I just received a nice comment from Dancho, our guide in Bulgaria, who, as a birder, really quite enjoyed being out in the field all day with a bunch of similarly-enthusiastic people, and all the while getting paid to do so. What a great job! I had a quick scan back through the various posts that I had written on our trip to Bulgaria, and realised that I had moved straight from the morning of day three to day four. The afternoon of day three was perhaps some of the best birding we did, and I have unaccountably missed it off, wrapping up my post just as I was climbing into the front seat of the van....
Day Three, scene 2. A Van.
No matter how hard I had tried, I had not been able to get into the front seat. Dick generally got there first, muttering something about advanced old age and his back. More often than not I was sandwiched in the middle seat in the back, so when a bird appeared on the left I got a view of Mo’s head and sat on by Bradders, or if a bird appeared on the right I got a view of Bradders’ head, and was clubbed round the head by Mo’s telephoto. As I did my best to catch a glimpse/defend myself, stonking birds paraded themselves mere feet away outside the van to the furious sound of other people’s shutters. All this changed on Saturday afternoon, and I got the front seat. I was ready.
We had eaten another three tonne salad in Shabla, and were now headed back towards Kavarna. The habitat was steppe – flat, dry, many stones, sandy and scrubby. It was magnificent. I forget exactly where we went, but broadly speaking we were heading south from Durankulak to Cape Kaliakra, which is a sticky-out bit just north of Kavarna. One of the roads was called Shrike Alley – look it up on map. It had a pair of Red-backed Shrikes about every 25cms. Progess was slow.
Bee-eaters, Rollers on wires, Shrikes, Pied Wheatears, Short-toed and Calandra Larks, Stone Curlew, Eagles. Stupendous. Dancho drove, we drooled – that’s the most accurate summation of how the afternoon progressed. Endless quality birds, often really close, and this was just close to the road. Imagine this magnified across the countryside, where largely there are no roads. The numbers of Shrikes must be countless. Thousands. Millions. We ended up at Cape Kaliakra, but this time on the top, where there are some archaeological ruins and some kind of military installation. I ignored both, unless Pied Wheatears were sitting on them, when I took a keen interest. Basically you leave the car near the ruins bit, and gradually wend your way to the very tip of the peninsula. It can be quite busy as it’s a tourist attraction, but the birds largely don’t care. There were at least three pairs of Pied Wheatears here, several migrant Red-breasted Flycatchers, and an Icterine Warbler. It was the Wheatears, as you might expect, that largely commanded my attention.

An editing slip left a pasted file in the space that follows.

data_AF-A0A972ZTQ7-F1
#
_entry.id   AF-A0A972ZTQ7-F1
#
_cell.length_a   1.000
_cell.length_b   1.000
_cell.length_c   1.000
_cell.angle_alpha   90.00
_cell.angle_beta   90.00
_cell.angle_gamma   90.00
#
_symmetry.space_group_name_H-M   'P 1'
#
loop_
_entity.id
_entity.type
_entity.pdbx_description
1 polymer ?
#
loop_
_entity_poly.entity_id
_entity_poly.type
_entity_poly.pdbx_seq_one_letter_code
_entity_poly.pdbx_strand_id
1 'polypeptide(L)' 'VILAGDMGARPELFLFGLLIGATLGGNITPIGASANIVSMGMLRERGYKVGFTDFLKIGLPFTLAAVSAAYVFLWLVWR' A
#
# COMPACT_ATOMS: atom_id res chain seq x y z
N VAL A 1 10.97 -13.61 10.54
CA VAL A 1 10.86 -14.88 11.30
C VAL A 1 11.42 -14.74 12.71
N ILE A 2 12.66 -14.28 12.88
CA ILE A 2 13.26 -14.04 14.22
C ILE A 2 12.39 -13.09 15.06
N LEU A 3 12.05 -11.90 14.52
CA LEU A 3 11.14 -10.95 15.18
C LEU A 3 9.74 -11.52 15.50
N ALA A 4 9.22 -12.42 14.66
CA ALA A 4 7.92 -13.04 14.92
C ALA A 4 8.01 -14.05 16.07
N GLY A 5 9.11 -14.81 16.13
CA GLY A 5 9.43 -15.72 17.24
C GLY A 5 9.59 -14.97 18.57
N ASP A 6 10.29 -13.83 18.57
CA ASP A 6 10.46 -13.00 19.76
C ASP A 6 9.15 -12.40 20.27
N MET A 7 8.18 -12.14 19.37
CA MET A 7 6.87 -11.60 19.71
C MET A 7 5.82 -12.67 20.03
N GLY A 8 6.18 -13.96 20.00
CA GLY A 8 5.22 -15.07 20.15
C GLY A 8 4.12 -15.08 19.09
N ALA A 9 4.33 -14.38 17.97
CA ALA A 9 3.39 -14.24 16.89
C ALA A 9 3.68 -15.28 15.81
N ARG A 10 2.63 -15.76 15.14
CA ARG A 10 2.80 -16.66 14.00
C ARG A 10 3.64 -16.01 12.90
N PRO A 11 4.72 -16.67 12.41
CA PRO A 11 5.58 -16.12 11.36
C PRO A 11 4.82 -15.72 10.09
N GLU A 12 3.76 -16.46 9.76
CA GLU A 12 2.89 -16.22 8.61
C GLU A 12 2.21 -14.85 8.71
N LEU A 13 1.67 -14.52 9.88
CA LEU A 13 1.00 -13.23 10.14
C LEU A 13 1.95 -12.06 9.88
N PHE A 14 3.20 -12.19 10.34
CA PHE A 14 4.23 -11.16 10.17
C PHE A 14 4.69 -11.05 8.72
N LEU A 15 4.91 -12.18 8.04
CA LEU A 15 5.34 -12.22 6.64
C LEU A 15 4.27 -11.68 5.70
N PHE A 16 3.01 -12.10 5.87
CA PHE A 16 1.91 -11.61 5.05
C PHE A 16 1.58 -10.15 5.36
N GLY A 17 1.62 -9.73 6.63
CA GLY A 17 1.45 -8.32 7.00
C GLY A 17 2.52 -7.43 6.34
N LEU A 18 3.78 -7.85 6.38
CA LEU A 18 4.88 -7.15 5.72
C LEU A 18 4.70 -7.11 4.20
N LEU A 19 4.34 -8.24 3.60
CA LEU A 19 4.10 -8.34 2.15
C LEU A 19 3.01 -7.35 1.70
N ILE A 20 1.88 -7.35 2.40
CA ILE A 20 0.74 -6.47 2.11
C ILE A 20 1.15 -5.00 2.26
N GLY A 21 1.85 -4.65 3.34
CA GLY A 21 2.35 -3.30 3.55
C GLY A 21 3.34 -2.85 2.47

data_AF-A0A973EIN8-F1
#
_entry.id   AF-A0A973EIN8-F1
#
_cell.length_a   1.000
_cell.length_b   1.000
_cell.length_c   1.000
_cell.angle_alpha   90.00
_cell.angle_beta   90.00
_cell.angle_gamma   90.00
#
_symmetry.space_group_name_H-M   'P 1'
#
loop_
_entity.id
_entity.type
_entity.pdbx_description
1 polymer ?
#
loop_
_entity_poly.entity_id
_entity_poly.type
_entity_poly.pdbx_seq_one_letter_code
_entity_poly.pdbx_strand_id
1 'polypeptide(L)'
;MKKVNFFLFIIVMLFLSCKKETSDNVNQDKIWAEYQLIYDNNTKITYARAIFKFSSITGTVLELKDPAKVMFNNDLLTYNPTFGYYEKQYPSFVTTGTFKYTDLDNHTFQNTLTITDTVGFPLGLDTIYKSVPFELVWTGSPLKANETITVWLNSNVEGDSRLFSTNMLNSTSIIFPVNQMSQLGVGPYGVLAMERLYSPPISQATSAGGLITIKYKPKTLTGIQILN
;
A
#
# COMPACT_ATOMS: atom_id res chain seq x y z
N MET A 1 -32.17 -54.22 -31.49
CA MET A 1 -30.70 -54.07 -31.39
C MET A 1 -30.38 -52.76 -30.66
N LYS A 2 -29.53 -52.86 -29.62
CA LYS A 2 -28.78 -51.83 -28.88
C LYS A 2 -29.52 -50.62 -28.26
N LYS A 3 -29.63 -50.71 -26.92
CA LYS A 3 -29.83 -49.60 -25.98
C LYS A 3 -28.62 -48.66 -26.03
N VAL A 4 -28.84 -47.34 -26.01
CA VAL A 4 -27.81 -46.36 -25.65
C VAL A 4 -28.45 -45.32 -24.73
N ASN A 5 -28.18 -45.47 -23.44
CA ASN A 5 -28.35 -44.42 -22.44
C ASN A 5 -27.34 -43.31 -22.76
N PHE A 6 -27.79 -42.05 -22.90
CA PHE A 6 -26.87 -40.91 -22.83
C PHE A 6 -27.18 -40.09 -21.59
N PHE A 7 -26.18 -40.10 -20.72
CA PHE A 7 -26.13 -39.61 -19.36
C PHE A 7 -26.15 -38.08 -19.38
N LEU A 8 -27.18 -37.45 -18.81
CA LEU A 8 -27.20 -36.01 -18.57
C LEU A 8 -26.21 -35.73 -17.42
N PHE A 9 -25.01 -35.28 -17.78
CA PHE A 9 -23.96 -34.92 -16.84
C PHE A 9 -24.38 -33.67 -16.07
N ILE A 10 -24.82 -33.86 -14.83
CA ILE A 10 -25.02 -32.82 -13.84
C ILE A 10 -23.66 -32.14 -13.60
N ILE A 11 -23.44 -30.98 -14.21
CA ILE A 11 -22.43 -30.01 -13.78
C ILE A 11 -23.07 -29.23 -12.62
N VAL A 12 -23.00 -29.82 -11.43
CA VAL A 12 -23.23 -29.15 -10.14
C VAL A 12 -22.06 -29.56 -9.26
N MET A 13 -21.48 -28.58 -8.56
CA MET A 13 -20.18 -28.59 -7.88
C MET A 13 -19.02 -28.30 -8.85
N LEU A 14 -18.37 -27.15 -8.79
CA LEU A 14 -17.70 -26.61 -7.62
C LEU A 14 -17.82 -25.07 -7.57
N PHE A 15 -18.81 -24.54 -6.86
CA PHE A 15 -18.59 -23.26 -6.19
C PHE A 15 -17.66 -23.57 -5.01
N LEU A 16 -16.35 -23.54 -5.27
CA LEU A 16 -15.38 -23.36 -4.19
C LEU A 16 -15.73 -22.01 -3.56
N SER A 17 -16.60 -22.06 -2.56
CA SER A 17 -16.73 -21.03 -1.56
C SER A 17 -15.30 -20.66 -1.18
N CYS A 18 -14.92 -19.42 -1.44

From the point we set up scopes and scanned the sea for Yelkouan Shearwaters. Although in reality a large lake, the Black Sea has its own population of Shearwaters which presumably never leave, and although very distant, we picked up loads in excellent light, and were ticks for all of us. Not sure how you would get a closer look other than going out on a boat, and so you certainly won’t be hearing me shout “Yelkouan!!” at Pendeen any time soon, even though I do have some sea-watching plans on the back burner for later this summer – if we ever get summer that is. Safer to say July perhaps?
Anyhow, we spent a very happy few hours on cape Kaliakra, sea-watching included. My personal highlight was a Squacco Heron flying across the water – I won’t be calling one of them at Pendeen either – mind you, it’s a pretty straightforward ID. We left near-enough at dusk, another excellent and really long day guided by Dancho. In the evening swapped guides as I mentioned in Day 4, and then stayed up half the night drinking outrageously cheap beer and watching the Champion’s League Final, which went Chelski’s way after both extra time and penalties.